And one of the best things about Alton Brown is his lessons come in easy-to-read television show form!

  4. Wow, Cliff, that was seriously the best reinterpretation of a comment ever. I had this vision of you doing battle with a turkey, with Alton’s head poking out the aforementioned turkey, and you’re waving a baster in the air as you let out a fierce, ululating war cry. That was hilarious, plus you are not allowed to ever inflict such traumatic visions upon me ever again.

    Good luck with the recipe! And as Matt says, Alton is easily downloadable, as well as exceedingly fun to view.

  5. Alton is downloadable? In which format? wmv? divx? tar.gz? If it’s tar.gz will his head be included in the archive or is it in a separate download from a mirror site? And I gotta get with this microwave ham recipe too. Sounds simple enough but I don’t think I can trust the recipe depending on which Matt made the post. (Sorry but there are two or three Matts that post here on occasion, one of which frequently tries to sell me tramadol and another that talked me into an untested deployment to a live server farm.)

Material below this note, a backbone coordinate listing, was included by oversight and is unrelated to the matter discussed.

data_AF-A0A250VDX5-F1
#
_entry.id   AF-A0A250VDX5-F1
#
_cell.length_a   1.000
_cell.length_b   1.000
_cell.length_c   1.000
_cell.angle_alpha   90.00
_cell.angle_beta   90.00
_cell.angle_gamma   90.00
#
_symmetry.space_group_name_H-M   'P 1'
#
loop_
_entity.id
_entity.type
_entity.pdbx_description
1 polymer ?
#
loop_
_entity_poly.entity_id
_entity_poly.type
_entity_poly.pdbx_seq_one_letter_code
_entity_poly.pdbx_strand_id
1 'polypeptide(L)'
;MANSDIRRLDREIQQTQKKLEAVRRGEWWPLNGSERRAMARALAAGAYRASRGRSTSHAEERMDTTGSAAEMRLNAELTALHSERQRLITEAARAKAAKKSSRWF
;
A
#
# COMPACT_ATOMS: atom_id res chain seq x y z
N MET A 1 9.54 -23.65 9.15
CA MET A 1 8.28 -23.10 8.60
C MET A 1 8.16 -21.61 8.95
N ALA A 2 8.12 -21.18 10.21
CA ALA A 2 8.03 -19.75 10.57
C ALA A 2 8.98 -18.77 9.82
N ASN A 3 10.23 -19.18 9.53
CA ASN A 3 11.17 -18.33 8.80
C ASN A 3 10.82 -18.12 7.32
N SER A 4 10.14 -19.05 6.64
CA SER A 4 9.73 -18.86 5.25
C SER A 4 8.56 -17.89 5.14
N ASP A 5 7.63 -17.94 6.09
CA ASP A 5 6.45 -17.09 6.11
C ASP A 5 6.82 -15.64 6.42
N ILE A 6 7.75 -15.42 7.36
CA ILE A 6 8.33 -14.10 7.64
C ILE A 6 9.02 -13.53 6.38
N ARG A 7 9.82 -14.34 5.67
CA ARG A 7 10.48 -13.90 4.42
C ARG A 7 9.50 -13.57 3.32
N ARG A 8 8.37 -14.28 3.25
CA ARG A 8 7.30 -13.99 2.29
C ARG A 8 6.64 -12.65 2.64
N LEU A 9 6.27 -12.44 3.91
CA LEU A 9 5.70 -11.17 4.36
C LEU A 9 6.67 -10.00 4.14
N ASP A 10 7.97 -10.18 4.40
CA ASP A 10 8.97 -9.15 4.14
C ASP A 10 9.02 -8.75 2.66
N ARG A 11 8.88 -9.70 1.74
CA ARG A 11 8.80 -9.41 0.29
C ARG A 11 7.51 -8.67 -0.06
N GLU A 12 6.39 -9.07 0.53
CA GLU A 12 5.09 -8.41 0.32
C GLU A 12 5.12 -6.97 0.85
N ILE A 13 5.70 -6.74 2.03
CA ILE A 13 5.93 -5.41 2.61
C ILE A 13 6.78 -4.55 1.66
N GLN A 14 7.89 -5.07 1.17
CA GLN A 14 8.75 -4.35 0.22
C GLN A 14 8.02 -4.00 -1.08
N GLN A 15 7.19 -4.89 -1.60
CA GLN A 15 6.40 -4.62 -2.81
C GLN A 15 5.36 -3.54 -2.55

6. How to hot-deploy a ham in 7 easy steps:

    1) Disable the “kill switch” on your microwave door to allow it to operate while open
    2) Set the microwave to run for 10 minutes on high
    3) At the 5 minute mark, open up the door and throw in the ham*
    4) Did you remember to take off the foil it was wrapped in?
    5) Uh oh
    6) Run!
    7) Call the proper authorities and enjoy at a safe distance

    *may cause blindness and severe internal burning

  7. I got a verification error after step 4. While I’d like to blame rapc I believe we were ultimately missing a couple of tests.

    public void testFoilHasBeenRemoved() {
    Turkey theBird = new FoilWrappedPoultry();
    assertFalse("Should have removed aluminum", theBird.stillHasFoil());
    public void testDoorIsClosed() {
    Turkey theBird = new FoilWrappedPoultry();
    assertFalse("Should properly secure door to slightly reduce velocity on ejected poultry", microwave.doorIsOpen());